Identifying the faceless
The Homeless Utilization Report / For decades, local and national non-profits and government agencies have worked together to address Hawai’i’s homelessness crisis. As awareness of the problem has increased, more shelters have opened, donations have been collected, outreach programs have expanded, but it’s often unclear how well such initiatives are working, due largely to gaps in demographic information about homeless people that would better highlight their needs.
“People have very limited ideas based on the homeless they have been in touch with,” said Sarah Yuan, one of the lead authors of a University of Hawai’i study, released last month, on how homeless people utilize various services throughout the state. “Putting together data on the populations that these agencies serve gives us a better understanding of who these people actually are.”
The Homeless Utilization Report delivered some results that came as a surprise even to researchers, including those who have worked with the homeless for decades.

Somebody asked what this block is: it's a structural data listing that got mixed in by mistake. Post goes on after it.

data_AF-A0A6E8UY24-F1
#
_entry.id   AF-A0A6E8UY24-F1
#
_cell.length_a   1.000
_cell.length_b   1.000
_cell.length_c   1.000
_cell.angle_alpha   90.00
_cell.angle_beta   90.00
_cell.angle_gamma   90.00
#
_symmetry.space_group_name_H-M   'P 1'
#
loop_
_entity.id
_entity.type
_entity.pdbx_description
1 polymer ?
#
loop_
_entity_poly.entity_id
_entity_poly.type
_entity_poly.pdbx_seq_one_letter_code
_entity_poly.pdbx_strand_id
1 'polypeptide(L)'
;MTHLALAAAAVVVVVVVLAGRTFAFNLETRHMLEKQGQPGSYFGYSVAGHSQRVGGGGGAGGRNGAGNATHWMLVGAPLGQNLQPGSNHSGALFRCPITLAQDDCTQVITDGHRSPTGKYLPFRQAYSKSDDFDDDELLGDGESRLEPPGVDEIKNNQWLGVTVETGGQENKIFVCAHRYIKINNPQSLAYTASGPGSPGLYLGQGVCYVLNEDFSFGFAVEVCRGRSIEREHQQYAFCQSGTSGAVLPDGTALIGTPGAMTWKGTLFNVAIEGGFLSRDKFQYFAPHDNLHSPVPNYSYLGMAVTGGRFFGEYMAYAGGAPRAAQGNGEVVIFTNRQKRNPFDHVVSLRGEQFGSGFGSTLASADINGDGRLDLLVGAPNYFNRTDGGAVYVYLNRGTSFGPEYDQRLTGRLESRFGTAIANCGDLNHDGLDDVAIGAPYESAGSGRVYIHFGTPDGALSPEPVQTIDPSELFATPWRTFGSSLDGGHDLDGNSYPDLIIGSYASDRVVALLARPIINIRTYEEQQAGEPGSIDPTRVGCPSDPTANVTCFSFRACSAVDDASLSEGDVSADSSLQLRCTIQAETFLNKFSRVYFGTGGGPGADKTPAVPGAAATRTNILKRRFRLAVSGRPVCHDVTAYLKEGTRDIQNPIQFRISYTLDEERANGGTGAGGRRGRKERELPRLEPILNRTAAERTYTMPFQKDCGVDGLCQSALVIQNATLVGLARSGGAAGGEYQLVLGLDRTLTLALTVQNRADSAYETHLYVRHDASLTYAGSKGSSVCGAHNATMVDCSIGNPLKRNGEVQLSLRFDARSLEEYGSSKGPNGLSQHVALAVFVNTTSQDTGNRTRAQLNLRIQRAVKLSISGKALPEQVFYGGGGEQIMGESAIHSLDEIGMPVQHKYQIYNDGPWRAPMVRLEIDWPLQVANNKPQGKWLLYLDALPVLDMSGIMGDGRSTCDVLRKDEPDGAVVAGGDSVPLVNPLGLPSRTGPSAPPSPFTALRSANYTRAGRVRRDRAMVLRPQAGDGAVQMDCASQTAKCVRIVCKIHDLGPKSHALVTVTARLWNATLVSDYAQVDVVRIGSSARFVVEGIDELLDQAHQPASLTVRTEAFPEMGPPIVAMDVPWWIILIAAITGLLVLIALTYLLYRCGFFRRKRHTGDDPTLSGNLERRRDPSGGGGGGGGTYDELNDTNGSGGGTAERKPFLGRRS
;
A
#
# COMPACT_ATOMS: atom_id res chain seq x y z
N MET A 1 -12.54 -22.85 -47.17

“The homeless were sort of this faceless group who no one knew much about but now we can actually begin to see,” she said. “It was surprising to us how many children there were–roughly one third of the homeless population–so the question really became, how well are these children being served?”
Yuan said the report illuminates the needs for preventative action that serves to enable younger generations to prepare for life as adults, like the expansion of parenting education seminars and health care services.
“These kids aren’t being properly screened or treated,” she said. “They may not be hearing well or they may have cavities bothering them and all these things affect performance in school. Homeless children are faring behind other kids, and if we want to even the playing field, we have to start really young and get them on track to graduate so they won’t fail out.”
Researchers looked specifically at the numbers of people accessing homelessness services, a method that undoubtedly excludes some portions of the homeless population but also highlights others. For example, 14 percent of those who use Hawai’i’s homeless shelters are veterans, more than half are lifetime residents of the Islands and more than a quarter reported being college educated.
“There are a lot of people who are educated, college and even graduate school, who are homeless,” said Yuan. “There are people who have jobs who are homeless. Some of these folks are working but don’t make enough to afford housing. It is a very difficult time and it won’t get better until we do more for them.”
For more information on a variety of agencies and programs that provide health, housing and human services, visit websites for the Hawai’i Public Housing Authority ([hpha.hawaii.gov]) and the Department of Human Services ([hawaii.gov]).